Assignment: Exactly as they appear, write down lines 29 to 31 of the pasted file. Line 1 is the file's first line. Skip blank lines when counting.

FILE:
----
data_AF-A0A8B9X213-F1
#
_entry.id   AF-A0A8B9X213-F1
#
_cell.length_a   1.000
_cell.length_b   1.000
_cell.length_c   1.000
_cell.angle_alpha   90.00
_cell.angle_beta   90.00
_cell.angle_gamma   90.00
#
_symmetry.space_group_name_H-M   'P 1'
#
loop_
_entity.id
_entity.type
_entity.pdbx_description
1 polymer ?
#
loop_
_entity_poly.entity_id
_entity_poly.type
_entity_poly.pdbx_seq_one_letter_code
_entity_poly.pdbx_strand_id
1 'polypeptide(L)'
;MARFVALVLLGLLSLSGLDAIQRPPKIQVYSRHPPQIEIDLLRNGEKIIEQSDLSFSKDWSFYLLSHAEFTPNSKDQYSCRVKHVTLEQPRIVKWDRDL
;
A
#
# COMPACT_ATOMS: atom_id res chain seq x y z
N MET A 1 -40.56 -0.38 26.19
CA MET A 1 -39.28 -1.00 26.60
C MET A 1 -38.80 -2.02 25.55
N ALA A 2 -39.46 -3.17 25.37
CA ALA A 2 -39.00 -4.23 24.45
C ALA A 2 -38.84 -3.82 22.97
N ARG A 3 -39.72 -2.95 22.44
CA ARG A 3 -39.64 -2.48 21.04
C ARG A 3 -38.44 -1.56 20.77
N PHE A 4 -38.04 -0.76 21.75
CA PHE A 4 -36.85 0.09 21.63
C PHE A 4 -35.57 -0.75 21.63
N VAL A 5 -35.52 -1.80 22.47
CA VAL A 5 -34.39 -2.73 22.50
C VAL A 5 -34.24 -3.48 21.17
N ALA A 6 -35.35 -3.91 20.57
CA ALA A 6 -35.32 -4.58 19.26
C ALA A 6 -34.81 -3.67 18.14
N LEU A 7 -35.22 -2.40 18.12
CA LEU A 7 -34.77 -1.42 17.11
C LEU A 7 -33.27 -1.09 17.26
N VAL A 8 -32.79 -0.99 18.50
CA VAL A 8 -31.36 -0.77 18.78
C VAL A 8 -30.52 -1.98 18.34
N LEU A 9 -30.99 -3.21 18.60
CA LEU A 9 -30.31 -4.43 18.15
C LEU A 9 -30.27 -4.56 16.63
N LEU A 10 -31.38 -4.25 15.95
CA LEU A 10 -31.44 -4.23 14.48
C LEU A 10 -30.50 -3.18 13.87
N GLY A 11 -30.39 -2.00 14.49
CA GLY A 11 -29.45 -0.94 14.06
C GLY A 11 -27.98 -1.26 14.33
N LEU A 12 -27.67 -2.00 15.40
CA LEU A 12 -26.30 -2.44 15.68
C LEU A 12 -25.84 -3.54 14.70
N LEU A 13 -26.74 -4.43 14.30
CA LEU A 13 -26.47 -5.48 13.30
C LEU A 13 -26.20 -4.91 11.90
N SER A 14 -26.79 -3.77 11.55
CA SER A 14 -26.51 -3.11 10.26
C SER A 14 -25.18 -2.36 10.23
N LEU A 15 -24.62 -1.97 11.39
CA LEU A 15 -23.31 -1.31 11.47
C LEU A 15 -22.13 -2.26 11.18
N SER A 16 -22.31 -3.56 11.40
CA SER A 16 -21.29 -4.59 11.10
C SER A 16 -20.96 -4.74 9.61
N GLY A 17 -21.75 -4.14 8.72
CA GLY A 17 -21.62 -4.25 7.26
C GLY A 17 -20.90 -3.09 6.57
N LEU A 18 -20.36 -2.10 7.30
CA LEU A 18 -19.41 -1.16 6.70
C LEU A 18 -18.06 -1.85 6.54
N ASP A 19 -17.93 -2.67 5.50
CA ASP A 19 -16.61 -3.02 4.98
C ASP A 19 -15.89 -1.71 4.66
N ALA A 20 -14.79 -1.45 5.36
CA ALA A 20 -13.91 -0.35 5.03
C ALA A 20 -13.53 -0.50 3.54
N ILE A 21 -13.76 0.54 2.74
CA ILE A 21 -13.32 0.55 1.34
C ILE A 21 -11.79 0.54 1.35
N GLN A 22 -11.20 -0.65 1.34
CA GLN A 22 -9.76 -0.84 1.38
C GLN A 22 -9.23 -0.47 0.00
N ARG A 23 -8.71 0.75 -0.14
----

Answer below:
#
# COMPACT_ATOMS: atom_id res chain seq x y z
N MET A 1 -40.56 -0.38 26.19